When Ajoka’s executive director Madeeha Gauhar called the other day to share the recent phase of her ‘struggle’ in the democratic era, she was obviously disturbed. And given her penchant for speaking the truth she was also not too charitable about the Mullah brigade. While she was talking on the phone, her voice faded and a recording of a Hamd (a eulogy for the Almighty) emerged from nowhere. This was amusing, yet quite unnerving. Our Constitution and laws prohibit anyone to monitor citizens’ expression and speech in the public and private spheres. And, to experience this intrusion was not pleasant at all.

Interestingly, the minions of Big Brother played a popular Hamd, that begins with the verse Koi tau haye jo nizam-e-hasti challa raha haye. Muzaffar Warsi, who apparently was Zia ul Haq’s favourite poet, had composed these verses. In view of his special place in the Zia kingdom, he was accorded with various state honours and also a cushy state job. Nusrat Fateh Ali Khan later rendered this piece in his magical voice.

I clearly remember a discussion that took place in the presence of the late Ahmed Nadeem Qasimi, a twentieth century literary giant. Many senior poets critiqued this Hamd for being a problematic hymn for God Almighty, since it did not express absolute belief in God but worked through an inference: there must be Someone who was managing the universe! Thus the element of doubt marred a believer’s chant in praise of his Creator.

More importantly, the bugged phone line sent a clear message: that la-deen (irreligious as secularism is understood by the clerics) Madeeha Gauhar had to be ‘censored’ even in a private conversation, and reminded that there is a God. And, the chosen, self-appointed representatives were managing the show in His name.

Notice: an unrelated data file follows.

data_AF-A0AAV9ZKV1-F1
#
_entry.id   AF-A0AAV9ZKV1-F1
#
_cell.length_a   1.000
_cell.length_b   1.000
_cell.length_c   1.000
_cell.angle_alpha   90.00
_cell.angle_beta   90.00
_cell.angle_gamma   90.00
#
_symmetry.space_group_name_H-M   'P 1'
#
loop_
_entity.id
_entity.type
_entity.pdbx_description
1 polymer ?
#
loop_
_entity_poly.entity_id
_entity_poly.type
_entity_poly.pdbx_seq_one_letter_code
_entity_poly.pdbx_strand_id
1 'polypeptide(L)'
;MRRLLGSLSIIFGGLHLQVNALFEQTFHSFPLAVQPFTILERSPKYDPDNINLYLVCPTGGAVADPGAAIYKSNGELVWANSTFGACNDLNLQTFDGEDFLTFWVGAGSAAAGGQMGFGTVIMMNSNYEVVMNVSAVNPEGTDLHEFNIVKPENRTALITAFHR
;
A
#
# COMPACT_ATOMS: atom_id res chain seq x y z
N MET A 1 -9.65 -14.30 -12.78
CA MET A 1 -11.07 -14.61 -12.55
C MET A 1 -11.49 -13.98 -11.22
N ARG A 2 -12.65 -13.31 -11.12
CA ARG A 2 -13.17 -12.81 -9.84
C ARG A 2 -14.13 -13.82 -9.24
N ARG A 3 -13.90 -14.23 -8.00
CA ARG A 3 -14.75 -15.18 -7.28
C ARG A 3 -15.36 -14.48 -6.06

This is not limited to the minions of the state apparatus. Such attitudes are now embedded in our curricula, modes of instruction, thousands of madrassas and more dangerously, elements of the media who were trying to convince us of the glories of the Taliban until the Pakistan Army valiantly took on the miscreants.

A journey that commenced with the Right’s struggle to capture political space in the 1940s, and with the state’s cynical support, has culminated in capitulation to such forces. The gradual erosion of Jinnah’s Pakistan has also led to the ascendancy of all that Pakistan was not supposed to represent. The Ahmedis are hounded on a regular basis, the Shias are being murdered, and even the Barelvi majority feels unsafe given the high-profile murders of their leadership. What we have is a curious mix of a Wahabi-Salafi variant of Islamism with several local offshoots, which are not averse to using violence and butchery as weapons.